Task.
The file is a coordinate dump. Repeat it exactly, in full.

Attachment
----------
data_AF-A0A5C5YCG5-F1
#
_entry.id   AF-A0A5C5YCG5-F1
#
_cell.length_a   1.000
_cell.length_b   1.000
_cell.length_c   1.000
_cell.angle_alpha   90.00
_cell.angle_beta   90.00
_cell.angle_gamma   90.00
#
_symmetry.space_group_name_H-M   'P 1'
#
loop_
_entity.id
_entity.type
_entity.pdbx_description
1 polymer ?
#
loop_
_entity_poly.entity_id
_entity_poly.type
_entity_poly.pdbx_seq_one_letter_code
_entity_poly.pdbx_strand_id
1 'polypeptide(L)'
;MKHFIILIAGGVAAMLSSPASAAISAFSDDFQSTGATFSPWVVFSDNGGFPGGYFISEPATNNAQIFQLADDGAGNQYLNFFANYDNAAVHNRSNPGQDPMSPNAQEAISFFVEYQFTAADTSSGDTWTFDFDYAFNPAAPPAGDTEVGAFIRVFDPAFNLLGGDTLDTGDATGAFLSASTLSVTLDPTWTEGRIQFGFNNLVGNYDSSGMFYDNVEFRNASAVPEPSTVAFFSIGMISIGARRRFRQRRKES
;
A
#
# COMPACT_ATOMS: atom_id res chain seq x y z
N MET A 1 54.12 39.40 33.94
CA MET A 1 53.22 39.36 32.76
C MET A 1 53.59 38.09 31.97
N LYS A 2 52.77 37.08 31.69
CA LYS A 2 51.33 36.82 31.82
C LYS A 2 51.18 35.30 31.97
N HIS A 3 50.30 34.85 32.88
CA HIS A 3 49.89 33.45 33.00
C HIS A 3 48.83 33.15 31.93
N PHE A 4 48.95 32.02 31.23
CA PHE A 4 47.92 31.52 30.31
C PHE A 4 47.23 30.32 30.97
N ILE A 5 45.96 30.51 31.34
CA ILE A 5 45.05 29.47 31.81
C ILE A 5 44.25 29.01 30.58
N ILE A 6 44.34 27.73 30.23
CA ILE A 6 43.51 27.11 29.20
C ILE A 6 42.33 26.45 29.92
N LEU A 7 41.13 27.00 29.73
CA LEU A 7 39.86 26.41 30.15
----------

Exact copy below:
data_AF-A0A5C5YCG5-F1
#
_entry.id   AF-A0A5C5YCG5-F1
#
_cell.length_a   1.000
_cell.length_b   1.000
_cell.length_c   1.000
_cell.angle_alpha   90.00
_cell.angle_beta   90.00
_cell.angle_gamma   90.00
#
_symmetry.space_group_name_H-M   'P 1'
#
loop_
_entity.id
_entity.type
_entity.pdbx_description
1 polymer ?
#
loop_
_entity_poly.entity_id
_entity_poly.type
_entity_poly.pdbx_seq_one_letter_code
_entity_poly.pdbx_strand_id
1 'polypeptide(L)'
;MKHFIILIAGGVAAMLSSPASAAISAFSDDFQSTGATFSPWVVFSDNGGFPGGYFISEPATNNAQIFQLADDGAGNQYLNFFANYDNAAVHNRSNPGQDPMSPNAQEAISFFVEYQFTAADTSSGDTWTFDFDYAFNPAAPPAGDTEVGAFIRVFDPAFNLLGGDTLDTGDATGAFLSASTLSVTLDPTWTEGRIQFGFNNLVGNYDSSGMFYDNVEFRNASAVPEPSTVAFFSIGMISIGARRRFRQRRKES
;
A
#
# COMPACT_ATOMS: atom_id res chain seq x y z
N MET A 1 54.12 39.40 33.94
CA MET A 1 53.22 39.36 32.76
C MET A 1 53.59 38.09 31.97
N LYS A 2 52.77 37.08 31.69
CA LYS A 2 51.33 36.82 31.82
C LYS A 2 51.18 35.30 31.97
N HIS A 3 50.30 34.85 32.88
CA HIS A 3 49.89 33.45 33.00
C HIS A 3 48.83 33.15 31.93
N PHE A 4 48.95 32.02 31.23
CA PHE A 4 47.92 31.52 30.31
C PHE A 4 47.23 30.32 30.97
N ILE A 5 45.96 30.51 31.34
CA ILE A 5 45.05 29.47 31.81
C ILE A 5 44.25 29.01 30.58
N ILE A 6 44.34 27.73 30.23
CA ILE A 6 43.51 27.11 29.20
C ILE A 6 42.33 26.45 29.92
N LEU A 7 41.13 27.00 29.73
CA LEU A 7 39.86 26.41 30.15